Bianca and I – Debora Gutman

"An artist is attracted to certain kinds of form without knowing why. You adopt a position intuitively; only later do you attempt to rationalize or even justify it." Fernando Botero

Debora Gutman's women, much like Fernando Botero's female figures, surprise us with their directness and self-indulgence. In both cases we stand before nudes exhibiting their bodies freely and openly and offering us a momentary 'peek', as they go about everyday activities. But while Botero's women are round and full, Debora's are less voluptuous. Yet they are still very real and feminine women, equipped with intuitive aesthetics. We easily identify with them and even admire them for their undeniable self-confidence in exhibiting bodies that don't match top model proportions. The women of both these artists bring a smile to our f aces. In both cases the situations and the palette of colors lift our spirits.
Gutman, like Botero, does not use live models. The women she portrays are drawn from her personal life and her immediate surroundings. These days she divides her life between two cities: Berlin - where she was born and brought up, and Tel Aviv – where she now feels at home. This split/division in Gutman's life may explain why her images are unconnected to place. Are these East European women? Are they Israeli? No one can tell for sure. One thing is certain and not hidden from us: Gutman's women are a celebration of femininity itself, whether they are dancing, drinking a glass of wine, lying on the beach or simply sitting on a chair.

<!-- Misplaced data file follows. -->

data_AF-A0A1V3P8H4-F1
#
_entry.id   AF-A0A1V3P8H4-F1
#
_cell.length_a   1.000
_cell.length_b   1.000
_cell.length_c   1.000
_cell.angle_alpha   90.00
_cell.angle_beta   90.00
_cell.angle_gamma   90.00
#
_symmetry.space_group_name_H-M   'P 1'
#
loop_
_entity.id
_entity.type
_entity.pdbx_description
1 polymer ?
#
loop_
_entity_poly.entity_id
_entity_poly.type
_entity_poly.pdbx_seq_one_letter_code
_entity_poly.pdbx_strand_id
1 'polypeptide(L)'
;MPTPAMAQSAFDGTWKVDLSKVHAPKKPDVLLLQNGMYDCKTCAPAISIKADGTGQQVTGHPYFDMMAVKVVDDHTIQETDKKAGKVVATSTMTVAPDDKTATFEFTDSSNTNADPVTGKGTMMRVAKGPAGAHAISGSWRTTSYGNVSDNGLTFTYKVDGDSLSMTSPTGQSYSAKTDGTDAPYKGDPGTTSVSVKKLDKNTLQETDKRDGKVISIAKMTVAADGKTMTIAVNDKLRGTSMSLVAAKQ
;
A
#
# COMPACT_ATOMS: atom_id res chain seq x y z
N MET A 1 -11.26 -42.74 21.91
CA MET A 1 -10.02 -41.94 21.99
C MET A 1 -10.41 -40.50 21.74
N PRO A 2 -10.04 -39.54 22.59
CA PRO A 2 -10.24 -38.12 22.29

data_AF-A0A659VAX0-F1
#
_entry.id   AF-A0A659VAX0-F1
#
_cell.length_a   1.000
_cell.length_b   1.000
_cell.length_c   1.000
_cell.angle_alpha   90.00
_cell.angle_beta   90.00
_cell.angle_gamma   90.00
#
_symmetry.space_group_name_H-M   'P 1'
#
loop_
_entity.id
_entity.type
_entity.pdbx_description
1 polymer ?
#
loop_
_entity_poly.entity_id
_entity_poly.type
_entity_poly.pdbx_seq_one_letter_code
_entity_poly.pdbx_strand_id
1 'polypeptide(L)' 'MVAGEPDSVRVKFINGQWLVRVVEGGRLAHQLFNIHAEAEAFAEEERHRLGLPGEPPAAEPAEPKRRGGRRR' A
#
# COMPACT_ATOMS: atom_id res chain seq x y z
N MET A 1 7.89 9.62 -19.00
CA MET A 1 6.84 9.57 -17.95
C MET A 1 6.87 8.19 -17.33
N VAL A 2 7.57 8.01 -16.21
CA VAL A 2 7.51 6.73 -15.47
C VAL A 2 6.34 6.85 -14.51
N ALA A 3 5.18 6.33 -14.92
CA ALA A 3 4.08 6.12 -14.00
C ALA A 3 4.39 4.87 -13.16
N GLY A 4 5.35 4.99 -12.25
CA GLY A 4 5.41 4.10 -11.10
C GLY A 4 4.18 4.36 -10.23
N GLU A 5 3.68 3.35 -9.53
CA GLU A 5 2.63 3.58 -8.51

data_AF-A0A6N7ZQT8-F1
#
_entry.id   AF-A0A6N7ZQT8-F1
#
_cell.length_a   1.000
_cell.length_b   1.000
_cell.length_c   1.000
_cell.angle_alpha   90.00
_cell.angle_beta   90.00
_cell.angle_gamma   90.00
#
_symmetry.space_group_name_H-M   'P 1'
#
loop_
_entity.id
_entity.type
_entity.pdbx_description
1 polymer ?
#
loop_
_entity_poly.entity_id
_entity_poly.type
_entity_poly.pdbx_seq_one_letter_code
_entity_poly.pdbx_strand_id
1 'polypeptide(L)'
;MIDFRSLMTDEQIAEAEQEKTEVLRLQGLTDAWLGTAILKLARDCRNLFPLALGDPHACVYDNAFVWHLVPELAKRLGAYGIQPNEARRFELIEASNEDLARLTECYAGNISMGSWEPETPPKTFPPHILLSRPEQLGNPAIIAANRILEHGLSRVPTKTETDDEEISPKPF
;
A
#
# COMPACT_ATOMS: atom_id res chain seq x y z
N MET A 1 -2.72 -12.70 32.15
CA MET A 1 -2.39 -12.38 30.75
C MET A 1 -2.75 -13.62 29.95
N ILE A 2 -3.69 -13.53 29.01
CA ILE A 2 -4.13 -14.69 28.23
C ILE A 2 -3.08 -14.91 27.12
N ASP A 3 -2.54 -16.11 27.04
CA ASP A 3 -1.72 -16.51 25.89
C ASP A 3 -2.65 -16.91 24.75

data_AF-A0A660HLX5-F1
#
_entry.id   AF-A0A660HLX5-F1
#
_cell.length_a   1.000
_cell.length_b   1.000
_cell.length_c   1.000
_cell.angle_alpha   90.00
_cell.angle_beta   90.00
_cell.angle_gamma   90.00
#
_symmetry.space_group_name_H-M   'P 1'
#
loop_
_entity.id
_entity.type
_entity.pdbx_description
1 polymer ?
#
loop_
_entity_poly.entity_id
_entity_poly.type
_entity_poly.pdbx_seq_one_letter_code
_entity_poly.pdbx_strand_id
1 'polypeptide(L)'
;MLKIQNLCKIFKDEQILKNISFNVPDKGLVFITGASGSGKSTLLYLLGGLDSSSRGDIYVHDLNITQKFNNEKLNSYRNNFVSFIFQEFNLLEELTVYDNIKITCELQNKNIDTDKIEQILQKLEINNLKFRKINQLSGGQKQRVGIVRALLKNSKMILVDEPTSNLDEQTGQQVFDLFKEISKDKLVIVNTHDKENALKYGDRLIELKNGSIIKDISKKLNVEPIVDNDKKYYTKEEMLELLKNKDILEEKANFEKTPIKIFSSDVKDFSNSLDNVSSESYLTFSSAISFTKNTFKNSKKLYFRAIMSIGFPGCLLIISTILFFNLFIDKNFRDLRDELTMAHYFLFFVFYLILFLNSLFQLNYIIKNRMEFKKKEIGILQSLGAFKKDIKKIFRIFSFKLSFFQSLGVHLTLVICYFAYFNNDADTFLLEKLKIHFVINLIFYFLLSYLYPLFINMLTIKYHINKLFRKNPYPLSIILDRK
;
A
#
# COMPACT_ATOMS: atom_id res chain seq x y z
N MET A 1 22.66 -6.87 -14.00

In her series of portraits Gutman presents a different world. Although her artistic language is the same, it is obvious that her motives here are different. The names given to the portraits present family members; mother and sisters.
The juxtaposition of the two series of works – nudes and portraits, seems to present yet another conflict in which the artist finds herself: on the one hand - promiscuity, freedom, exposing oneself without fear and on the other hand - inhibition, restraint and discomfort. Do these two opposing approaches represent the two cities and cultures Gutman is torn between?
The naïve style that Gutman has chosen for depicting her women adds to their charm and genuineness. This holds both for her nude figures and her portraits. Anatomically her figures may not be proportional and at times their eyes are large for their faces. But instead of making us feel uncomfortable – being accustomed as we are to looking for perfection – Gutman's work shows us the beauty that lies in lack of perfection.

Shiran Buchwald- curator